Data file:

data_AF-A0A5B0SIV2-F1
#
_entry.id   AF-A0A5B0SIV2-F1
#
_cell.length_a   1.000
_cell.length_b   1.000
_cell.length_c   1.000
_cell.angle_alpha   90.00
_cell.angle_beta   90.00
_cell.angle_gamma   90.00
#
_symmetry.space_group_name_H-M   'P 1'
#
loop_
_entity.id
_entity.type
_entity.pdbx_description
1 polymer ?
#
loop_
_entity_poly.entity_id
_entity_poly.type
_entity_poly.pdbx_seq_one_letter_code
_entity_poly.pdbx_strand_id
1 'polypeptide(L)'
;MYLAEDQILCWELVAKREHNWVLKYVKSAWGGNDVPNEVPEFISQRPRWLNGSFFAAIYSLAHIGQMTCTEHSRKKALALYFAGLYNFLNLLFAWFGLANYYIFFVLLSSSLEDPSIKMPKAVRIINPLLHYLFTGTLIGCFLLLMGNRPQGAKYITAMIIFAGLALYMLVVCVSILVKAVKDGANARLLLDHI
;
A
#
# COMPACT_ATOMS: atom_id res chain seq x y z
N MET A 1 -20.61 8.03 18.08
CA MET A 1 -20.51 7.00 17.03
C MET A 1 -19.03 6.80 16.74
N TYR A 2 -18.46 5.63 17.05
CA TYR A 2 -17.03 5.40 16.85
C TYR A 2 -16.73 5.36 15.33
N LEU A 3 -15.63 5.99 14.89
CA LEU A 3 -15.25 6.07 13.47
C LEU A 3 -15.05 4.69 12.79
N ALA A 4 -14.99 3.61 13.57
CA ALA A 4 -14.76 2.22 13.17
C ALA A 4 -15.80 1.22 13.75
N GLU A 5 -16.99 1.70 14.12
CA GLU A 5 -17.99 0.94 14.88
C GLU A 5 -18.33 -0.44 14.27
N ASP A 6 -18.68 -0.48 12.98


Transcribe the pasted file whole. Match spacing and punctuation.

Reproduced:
data_AF-A0A5B0SIV2-F1
#
_entry.id   AF-A0A5B0SIV2-F1
#
_cell.length_a   1.000
_cell.length_b   1.000
_cell.length_c   1.000
_cell.angle_alpha   90.00
_cell.angle_beta   90.00
_cell.angle_gamma   90.00
#
_symmetry.space_group_name_H-M   'P 1'
#
loop_
_entity.id
_entity.type
_entity.pdbx_description
1 polymer ?
#
loop_
_entity_poly.entity_id
_entity_poly.type
_entity_poly.pdbx_seq_one_letter_code
_entity_poly.pdbx_strand_id
1 'polypeptide(L)'
;MYLAEDQILCWELVAKREHNWVLKYVKSAWGGNDVPNEVPEFISQRPRWLNGSFFAAIYSLAHIGQMTCTEHSRKKALALYFAGLYNFLNLLFAWFGLANYYIFFVLLSSSLEDPSIKMPKAVRIINPLLHYLFTGTLIGCFLLLMGNRPQGAKYITAMIIFAGLALYMLVVCVSILVKAVKDGANARLLLDHI
;
A
#
# COMPACT_ATOMS: atom_id res chain seq x y z
N MET A 1 -20.61 8.03 18.08
CA MET A 1 -20.51 7.00 17.03
C MET A 1 -19.03 6.80 16.74
N TYR A 2 -18.46 5.63 17.05
CA TYR A 2 -17.03 5.40 16.85
C TYR A 2 -16.73 5.36 15.33
N LEU A 3 -15.63 5.99 14.89
CA LEU A 3 -15.25 6.07 13.47
C LEU A 3 -15.05 4.69 12.79
N ALA A 4 -14.99 3.61 13.57
CA ALA A 4 -14.76 2.22 13.17
C ALA A 4 -15.80 1.22 13.75
N GLU A 5 -16.99 1.70 14.12
CA GLU A 5 -17.99 0.94 14.88
C GLU A 5 -18.33 -0.44 14.27
N ASP A 6 -18.68 -0.48 12.98